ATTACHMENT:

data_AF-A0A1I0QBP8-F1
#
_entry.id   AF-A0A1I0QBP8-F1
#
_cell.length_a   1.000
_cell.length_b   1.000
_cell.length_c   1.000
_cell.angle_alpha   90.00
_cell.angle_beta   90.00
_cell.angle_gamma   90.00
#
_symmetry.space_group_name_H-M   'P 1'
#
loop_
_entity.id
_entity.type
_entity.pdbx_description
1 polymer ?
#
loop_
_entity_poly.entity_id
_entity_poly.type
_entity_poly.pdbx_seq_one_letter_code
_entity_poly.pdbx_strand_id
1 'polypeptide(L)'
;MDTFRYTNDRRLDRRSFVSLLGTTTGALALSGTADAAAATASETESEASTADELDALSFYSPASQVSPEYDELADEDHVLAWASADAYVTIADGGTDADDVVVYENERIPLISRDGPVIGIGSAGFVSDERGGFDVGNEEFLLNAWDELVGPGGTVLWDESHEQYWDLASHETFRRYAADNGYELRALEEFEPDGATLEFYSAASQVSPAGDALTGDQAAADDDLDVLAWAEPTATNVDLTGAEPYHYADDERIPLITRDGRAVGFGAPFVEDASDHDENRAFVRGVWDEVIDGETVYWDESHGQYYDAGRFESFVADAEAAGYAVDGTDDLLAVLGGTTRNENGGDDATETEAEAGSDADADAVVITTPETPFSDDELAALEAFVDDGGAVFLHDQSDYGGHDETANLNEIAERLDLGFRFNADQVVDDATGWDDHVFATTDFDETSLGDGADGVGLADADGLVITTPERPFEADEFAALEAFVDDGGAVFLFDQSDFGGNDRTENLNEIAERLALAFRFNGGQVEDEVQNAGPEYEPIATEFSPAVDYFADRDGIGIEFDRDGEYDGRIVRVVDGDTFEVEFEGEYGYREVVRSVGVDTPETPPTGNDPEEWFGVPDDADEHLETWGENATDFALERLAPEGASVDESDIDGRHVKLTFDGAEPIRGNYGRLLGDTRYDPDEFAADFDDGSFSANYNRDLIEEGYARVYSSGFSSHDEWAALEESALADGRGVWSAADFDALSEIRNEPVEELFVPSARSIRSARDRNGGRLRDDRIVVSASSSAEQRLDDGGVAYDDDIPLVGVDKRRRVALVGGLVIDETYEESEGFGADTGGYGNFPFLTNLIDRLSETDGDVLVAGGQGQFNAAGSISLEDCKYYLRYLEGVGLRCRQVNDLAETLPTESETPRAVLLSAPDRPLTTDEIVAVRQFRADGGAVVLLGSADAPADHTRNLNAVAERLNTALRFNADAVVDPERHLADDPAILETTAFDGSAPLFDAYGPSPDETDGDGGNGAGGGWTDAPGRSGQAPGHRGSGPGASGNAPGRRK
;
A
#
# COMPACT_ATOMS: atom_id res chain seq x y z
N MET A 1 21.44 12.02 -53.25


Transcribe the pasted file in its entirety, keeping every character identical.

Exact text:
data_AF-A0A1I0QBP8-F1
#
_entry.id   AF-A0A1I0QBP8-F1
#
_cell.length_a   1.000
_cell.length_b   1.000
_cell.length_c   1.000
_cell.angle_alpha   90.00
_cell.angle_beta   90.00
_cell.angle_gamma   90.00
#
_symmetry.space_group_name_H-M   'P 1'
#
loop_
_entity.id
_entity.type
_entity.pdbx_description
1 polymer ?
#
loop_
_entity_poly.entity_id
_entity_poly.type
_entity_poly.pdbx_seq_one_letter_code
_entity_poly.pdbx_strand_id
1 'polypeptide(L)'
;MDTFRYTNDRRLDRRSFVSLLGTTTGALALSGTADAAAATASETESEASTADELDALSFYSPASQVSPEYDELADEDHVLAWASADAYVTIADGGTDADDVVVYENERIPLISRDGPVIGIGSAGFVSDERGGFDVGNEEFLLNAWDELVGPGGTVLWDESHEQYWDLASHETFRRYAADNGYELRALEEFEPDGATLEFYSAASQVSPAGDALTGDQAAADDDLDVLAWAEPTATNVDLTGAEPYHYADDERIPLITRDGRAVGFGAPFVEDASDHDENRAFVRGVWDEVIDGETVYWDESHGQYYDAGRFESFVADAEAAGYAVDGTDDLLAVLGGTTRNENGGDDATETEAEAGSDADADAVVITTPETPFSDDELAALEAFVDDGGAVFLHDQSDYGGHDETANLNEIAERLDLGFRFNADQVVDDATGWDDHVFATTDFDETSLGDGADGVGLADADGLVITTPERPFEADEFAALEAFVDDGGAVFLFDQSDFGGNDRTENLNEIAERLALAFRFNGGQVEDEVQNAGPEYEPIATEFSPAVDYFADRDGIGIEFDRDGEYDGRIVRVVDGDTFEVEFEGEYGYREVVRSVGVDTPETPPTGNDPEEWFGVPDDADEHLETWGENATDFALERLAPEGASVDESDIDGRHVKLTFDGAEPIRGNYGRLLGDTRYDPDEFAADFDDGSFSANYNRDLIEEGYARVYSSGFSSHDEWAALEESALADGRGVWSAADFDALSEIRNEPVEELFVPSARSIRSARDRNGGRLRDDRIVVSASSSAEQRLDDGGVAYDDDIPLVGVDKRRRVALVGGLVIDETYEESEGFGADTGGYGNFPFLTNLIDRLSETDGDVLVAGGQGQFNAAGSISLEDCKYYLRYLEGVGLRCRQVNDLAETLPTESETPRAVLLSAPDRPLTTDEIVAVRQFRADGGAVVLLGSADAPADHTRNLNAVAERLNTALRFNADAVVDPERHLADDPAILETTAFDGSAPLFDAYGPSPDETDGDGGNGAGGGWTDAPGRSGQAPGHRGSGPGASGNAPGRRK
;
A
#
# COMPACT_ATOMS: atom_id res chain seq x y z
N MET A 1 21.44 12.02 -53.25